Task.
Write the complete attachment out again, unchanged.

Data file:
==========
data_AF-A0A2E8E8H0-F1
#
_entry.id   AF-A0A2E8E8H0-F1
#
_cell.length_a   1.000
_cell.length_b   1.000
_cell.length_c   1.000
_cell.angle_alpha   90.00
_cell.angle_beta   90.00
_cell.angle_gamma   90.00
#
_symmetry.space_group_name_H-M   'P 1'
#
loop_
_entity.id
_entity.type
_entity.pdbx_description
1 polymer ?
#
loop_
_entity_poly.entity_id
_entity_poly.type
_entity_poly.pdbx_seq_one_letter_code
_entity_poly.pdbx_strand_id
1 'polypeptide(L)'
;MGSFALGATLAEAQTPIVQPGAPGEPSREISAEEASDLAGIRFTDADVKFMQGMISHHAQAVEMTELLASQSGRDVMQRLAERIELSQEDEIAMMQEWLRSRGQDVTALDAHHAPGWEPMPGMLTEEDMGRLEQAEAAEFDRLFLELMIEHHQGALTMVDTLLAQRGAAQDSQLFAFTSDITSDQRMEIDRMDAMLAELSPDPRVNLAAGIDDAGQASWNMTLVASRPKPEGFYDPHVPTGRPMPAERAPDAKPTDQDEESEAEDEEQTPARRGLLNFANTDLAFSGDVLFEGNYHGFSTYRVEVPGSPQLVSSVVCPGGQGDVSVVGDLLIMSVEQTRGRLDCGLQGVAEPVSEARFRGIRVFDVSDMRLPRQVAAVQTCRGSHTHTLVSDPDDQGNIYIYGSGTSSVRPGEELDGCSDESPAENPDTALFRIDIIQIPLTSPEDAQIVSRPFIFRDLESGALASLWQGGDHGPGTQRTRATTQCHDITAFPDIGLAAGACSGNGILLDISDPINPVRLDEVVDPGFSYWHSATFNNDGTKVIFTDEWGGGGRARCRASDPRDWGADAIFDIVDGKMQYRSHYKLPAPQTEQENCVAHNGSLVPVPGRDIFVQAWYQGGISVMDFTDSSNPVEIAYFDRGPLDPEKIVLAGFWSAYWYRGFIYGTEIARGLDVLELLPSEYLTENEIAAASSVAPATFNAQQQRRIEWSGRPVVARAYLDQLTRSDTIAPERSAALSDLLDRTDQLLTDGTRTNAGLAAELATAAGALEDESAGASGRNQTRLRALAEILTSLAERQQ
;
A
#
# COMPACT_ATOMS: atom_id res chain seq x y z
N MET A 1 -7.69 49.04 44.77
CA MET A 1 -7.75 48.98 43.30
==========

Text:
data_AF-A0A2E8E8H0-F1
#
_entry.id   AF-A0A2E8E8H0-F1
#
_cell.length_a   1.000
_cell.length_b   1.000
_cell.length_c   1.000
_cell.angle_alpha   90.00
_cell.angle_beta   90.00
_cell.angle_gamma   90.00
#
_symmetry.space_group_name_H-M   'P 1'
#
loop_
_entity.id
_entity.type
_entity.pdbx_description
1 polymer ?
#
loop_
_entity_poly.entity_id
_entity_poly.type
_entity_poly.pdbx_seq_one_letter_code
_entity_poly.pdbx_strand_id
1 'polypeptide(L)'
;MGSFALGATLAEAQTPIVQPGAPGEPSREISAEEASDLAGIRFTDADVKFMQGMISHHAQAVEMTELLASQSGRDVMQRLAERIELSQEDEIAMMQEWLRSRGQDVTALDAHHAPGWEPMPGMLTEEDMGRLEQAEAAEFDRLFLELMIEHHQGALTMVDTLLAQRGAAQDSQLFAFTSDITSDQRMEIDRMDAMLAELSPDPRVNLAAGIDDAGQASWNMTLVASRPKPEGFYDPHVPTGRPMPAERAPDAKPTDQDEESEAEDEEQTPARRGLLNFANTDLAFSGDVLFEGNYHGFSTYRVEVPGSPQLVSSVVCPGGQGDVSVVGDLLIMSVEQTRGRLDCGLQGVAEPVSEARFRGIRVFDVSDMRLPRQVAAVQTCRGSHTHTLVSDPDDQGNIYIYGSGTSSVRPGEELDGCSDESPAENPDTALFRIDIIQIPLTSPEDAQIVSRPFIFRDLESGALASLWQGGDHGPGTQRTRATTQCHDITAFPDIGLAAGACSGNGILLDISDPINPVRLDEVVDPGFSYWHSATFNNDGTKVIFTDEWGGGGRARCRASDPRDWGADAIFDIVDGKMQYRSHYKLPAPQTEQENCVAHNGSLVPVPGRDIFVQAWYQGGISVMDFTDSSNPVEIAYFDRGPLDPEKIVLAGFWSAYWYRGFIYGTEIARGLDVLELLPSEYLTENEIAAASSVAPATFNAQQQRRIEWSGRPVVARAYLDQLTRSDTIAPERSAALSDLLDRTDQLLTDGTRTNAGLAAELATAAGALEDESAGASGRNQTRLRALAEILTSLAERQQ
;
A
#
# COMPACT_ATOMS: atom_id res chain seq x y z
N MET A 1 -7.69 49.04 44.77
CA MET A 1 -7.75 48.98 43.30